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Mel Charbonneau - University of Wisconsin-Madison
A new study at the University of Wisconsin-Madison suggests that depressed patients are unable to sustain activity in brain areas related to positive emotion.
The study challenges previous notions that individuals with depression show less brain activity in areas associated with positive emotion. Instead, the new data suggest similar initial levels of activity, but an inability to sustain them over time. The new work was reported in the Proceedings of the National Academy of Sciences.
"Anhedonia, the inability to experience pleasure in things normally rewarding, is a cardinal symptom of depression," explains UW-Madison graduate student Aaron Heller, who led the project. "Scientists have generally thought that anhedonia is associated with a general reduction of activity in brain areas thought to be important for positive emotion and reward. In fact, we found that depressed patients showed normal levels of activity early on in the experiment. However, towards the end of the experiment, those levels of activity dropped off precipitously.
"Those depressed subjects who were better able to sustain activity in brain regions related to positive emotion and reward also reported higher levels of positive emotion in their everyday experience," Heller continues.
"Being able to sustain and even enhance one's own positive emotional experience is a critical component of health and well-being," notes the study's senior author, Richard Davidson, professor of psychology and psychiatry and director of both the UW-Madison Center for Investigating Healthy Minds, and the Waisman Laboratory for Brain Imaging and Behavior. "These findings may lead to therapeutic interventions that enable depressed individuals to better sustain positive emotion in their daily lives."
During the study, 27 depressed patients and 19 control participants were presented with visual images intended to evoke either a positive or a negative emotional response. While viewing these images, participants were instructed to use cognitive strategies to increase, decrease or maintain their emotional responses to the images by imagining themselves in similar scenarios. Heller and colleagues used functional magnetic resonance imaging (fMRI) to measure brain activity in the target areas. The researchers examined the extent to which activation in the brain's reward centers to positive pictures was sustained over time.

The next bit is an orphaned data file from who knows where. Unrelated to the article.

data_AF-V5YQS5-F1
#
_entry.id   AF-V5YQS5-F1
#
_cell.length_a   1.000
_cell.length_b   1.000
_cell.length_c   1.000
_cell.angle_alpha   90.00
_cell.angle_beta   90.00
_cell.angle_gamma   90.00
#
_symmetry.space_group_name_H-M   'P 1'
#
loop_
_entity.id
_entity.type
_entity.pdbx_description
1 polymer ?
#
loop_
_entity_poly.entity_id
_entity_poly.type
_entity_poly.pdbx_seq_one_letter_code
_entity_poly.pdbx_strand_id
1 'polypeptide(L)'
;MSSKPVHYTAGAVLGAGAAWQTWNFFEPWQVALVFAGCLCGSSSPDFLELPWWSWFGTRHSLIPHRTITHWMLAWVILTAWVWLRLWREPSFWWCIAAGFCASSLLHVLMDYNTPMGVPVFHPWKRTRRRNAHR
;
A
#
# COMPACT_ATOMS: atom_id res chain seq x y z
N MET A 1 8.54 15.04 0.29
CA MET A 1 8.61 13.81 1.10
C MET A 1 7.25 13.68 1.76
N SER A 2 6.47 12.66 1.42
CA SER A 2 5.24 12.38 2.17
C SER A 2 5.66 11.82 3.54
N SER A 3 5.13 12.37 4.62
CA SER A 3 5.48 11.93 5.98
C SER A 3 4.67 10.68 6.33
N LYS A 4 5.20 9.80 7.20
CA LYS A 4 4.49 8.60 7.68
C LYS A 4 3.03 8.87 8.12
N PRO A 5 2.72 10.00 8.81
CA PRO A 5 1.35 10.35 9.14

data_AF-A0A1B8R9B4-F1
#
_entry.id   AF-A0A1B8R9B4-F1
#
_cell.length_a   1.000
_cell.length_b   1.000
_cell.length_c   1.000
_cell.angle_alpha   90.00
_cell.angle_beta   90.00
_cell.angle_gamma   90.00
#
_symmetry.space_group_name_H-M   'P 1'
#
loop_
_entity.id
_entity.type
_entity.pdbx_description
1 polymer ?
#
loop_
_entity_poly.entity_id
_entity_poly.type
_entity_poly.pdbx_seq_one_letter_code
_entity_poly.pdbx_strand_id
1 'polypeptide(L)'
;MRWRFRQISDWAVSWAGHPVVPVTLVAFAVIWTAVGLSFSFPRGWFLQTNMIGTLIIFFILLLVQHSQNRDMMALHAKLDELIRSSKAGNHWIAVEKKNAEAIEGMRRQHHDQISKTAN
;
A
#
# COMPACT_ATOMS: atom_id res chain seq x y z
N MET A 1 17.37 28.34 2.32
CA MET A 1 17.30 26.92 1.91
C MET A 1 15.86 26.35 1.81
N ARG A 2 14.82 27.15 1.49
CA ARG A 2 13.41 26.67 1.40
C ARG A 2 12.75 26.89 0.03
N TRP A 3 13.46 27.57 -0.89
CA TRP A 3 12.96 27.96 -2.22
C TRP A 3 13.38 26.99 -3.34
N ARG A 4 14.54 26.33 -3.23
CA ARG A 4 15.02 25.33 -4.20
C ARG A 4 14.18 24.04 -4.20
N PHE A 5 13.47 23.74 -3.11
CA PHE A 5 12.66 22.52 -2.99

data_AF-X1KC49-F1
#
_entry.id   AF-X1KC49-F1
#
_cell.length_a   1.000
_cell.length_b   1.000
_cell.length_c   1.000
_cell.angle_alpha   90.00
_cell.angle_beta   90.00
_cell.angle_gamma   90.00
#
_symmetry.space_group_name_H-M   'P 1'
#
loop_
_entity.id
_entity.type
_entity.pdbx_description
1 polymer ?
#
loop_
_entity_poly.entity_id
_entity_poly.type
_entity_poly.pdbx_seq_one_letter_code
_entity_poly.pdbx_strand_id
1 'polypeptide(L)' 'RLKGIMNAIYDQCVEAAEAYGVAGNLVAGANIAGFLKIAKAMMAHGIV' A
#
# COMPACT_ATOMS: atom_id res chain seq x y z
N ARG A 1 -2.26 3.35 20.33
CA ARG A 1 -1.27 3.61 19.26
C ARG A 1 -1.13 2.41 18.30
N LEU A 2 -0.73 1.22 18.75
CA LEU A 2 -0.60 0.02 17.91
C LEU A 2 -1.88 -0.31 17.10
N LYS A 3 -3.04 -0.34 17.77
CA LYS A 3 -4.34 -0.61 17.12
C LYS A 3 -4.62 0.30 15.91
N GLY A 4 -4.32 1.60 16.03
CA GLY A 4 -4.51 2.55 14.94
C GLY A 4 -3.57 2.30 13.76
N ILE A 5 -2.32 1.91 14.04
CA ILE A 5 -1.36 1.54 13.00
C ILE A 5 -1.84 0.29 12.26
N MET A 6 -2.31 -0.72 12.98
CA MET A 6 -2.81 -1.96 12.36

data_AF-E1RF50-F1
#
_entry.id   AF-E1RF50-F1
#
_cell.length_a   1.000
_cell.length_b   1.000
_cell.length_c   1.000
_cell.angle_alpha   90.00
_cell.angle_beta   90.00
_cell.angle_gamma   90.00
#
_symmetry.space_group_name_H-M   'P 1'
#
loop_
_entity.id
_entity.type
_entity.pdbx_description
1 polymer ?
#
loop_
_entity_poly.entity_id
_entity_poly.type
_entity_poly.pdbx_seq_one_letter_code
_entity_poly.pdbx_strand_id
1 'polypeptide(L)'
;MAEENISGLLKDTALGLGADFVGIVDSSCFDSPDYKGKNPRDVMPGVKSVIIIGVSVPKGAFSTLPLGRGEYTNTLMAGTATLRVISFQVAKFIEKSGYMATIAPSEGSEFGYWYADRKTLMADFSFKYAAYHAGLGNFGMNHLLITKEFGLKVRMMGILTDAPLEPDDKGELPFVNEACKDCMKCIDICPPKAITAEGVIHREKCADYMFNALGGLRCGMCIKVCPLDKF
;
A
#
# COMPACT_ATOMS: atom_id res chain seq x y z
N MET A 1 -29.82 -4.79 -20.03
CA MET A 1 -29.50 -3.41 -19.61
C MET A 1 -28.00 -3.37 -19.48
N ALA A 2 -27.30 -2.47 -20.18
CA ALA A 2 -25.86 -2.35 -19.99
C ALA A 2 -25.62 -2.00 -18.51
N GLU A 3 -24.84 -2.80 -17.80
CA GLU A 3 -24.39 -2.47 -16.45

The study was funded by grants from the National Institute of Mental Health, Wyeth-Ayerst Pharmaceuticals, Fetzer Institute and Impact Foundation, and by gifts from the John W. Kluge Foundation, Bryant Wangard, Ralph Robinson and Keith and Arlene Bronstein.
Professor of Clincal Psychiatry; Director of the Brain Stimulation Division, Columbia University/New York State Psychiatric Institute
With the increasing number of new brain stimulation techniques now available and on the horizon, does electroconvulsive therapy (ECT) still have a role? As a clinician and researcher, my reply is a definitive "yes." Some recent and unexpected developments at the FDA concerning the classification of medical devices may, however, affect the availability of ECT to severely depressed patients.
History of ECT Classification
Codified in 1938, the FDA is nearly as old as ECT. The FDA was codified with the Federal Food, Drug, and Cosmetic Act during the same year that Cerletti and Bini introduced ECT in Italy (though Meduna introduced chemoconvulsive therapy two years prior). When the Medical Device Amendments were introduced in 1976, ECT devices were already on the market in the US. They are thus considered "pre-amendment" devices, meaning they did not go through the premarket approval application (PMA) route that devices introduced after 1976 are required to go through today.
Fan M, Liu B, Jiang T, Jiang X, Zhao H, Zhang J.
Objective: To evaluate the controversial, putative associations between the three common polymorphisms [promoter variable number tandem repeat (uVNTR), T941G, (CA) repeat] of monoamine oxidase A (MAOA) and mood disorders (major depressive or bipolar disorders, BPD) by systematically meta-analyzing published case-control association studies.